Thoughts on Identity First Language

I started referring to myself as an Autistic person some time before I even knew there was a convention with disability for referring to those with disabilities as “persons with X”.

I think it just seemed to make sense to me. I have also seen how an autistic friend struggling with her difficulties used to talk about how “her autism” affected her and this was affecting her self-esteem.

It’s intuitive that I’m an Autistic person and “autism” is fundamental to who I am and how I process the world. Internally if you separate the autism and connect it to all your difficulties, you set up an unresolvable tension in your own sense of self.

When Autism has been adopted by those who actually are Autistic, it ceases to be the original term indicating a disability. Autism is not a disability as such, but it is a difference that can be hard for non-autistics to understand. I can see that putting autism in a “Person with autism” context means that whoever you apply it to cannot accept themselves as Autistic properly.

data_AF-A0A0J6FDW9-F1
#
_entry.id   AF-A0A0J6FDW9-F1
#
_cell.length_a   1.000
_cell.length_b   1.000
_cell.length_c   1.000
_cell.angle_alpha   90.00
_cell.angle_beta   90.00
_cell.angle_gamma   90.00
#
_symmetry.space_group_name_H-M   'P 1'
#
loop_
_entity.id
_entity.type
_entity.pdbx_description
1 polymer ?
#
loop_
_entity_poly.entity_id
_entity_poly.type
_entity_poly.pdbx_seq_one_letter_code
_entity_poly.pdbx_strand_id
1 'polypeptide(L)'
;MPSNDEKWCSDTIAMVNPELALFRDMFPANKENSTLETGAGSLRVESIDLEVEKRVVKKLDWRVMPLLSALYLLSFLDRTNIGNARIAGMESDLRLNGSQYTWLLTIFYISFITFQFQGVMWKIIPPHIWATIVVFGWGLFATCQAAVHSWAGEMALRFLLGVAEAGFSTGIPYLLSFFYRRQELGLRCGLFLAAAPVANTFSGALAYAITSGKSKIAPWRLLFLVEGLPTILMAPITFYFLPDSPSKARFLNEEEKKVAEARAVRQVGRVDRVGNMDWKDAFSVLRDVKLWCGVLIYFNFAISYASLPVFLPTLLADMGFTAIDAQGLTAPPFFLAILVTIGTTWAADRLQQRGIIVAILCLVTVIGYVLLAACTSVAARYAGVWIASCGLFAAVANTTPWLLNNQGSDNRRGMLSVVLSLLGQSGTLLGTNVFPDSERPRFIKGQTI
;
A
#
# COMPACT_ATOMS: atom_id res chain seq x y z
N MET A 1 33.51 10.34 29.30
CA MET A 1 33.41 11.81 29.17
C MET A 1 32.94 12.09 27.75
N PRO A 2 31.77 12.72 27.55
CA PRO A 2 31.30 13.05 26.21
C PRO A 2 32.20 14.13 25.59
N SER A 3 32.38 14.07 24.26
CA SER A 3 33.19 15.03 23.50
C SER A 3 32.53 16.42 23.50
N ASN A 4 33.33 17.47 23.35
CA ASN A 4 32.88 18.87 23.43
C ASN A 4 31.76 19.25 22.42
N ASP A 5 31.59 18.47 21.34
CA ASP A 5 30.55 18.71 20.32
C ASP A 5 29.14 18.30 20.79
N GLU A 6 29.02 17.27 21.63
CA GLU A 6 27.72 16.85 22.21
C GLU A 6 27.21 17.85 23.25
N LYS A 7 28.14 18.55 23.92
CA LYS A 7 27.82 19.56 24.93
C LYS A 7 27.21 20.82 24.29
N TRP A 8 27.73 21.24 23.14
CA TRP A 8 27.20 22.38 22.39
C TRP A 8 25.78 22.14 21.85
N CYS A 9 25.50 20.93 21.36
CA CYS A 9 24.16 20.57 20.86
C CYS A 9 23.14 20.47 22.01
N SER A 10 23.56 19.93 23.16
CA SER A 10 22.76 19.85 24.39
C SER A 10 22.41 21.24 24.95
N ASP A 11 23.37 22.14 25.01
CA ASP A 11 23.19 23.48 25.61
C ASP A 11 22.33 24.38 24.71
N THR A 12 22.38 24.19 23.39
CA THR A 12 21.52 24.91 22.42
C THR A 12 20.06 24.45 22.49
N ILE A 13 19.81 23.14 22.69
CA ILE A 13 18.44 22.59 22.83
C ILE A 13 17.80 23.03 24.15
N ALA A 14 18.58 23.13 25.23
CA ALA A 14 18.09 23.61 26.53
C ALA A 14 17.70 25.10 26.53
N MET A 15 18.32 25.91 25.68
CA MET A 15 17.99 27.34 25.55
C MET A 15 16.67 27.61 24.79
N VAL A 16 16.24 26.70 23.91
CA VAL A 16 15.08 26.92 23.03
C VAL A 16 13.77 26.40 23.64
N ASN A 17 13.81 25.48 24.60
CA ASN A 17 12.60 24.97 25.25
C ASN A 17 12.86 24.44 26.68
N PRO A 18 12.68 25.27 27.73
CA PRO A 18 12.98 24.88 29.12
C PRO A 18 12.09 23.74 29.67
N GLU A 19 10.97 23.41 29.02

So that’s why I would continue to use this way of referring to myself and suggest it is a better way of using language. Autistic people really need to be able to move beyond thinking of autism as a “problem”, and it does not help to have an inappropriate convention imposed from a “difficult condition” context.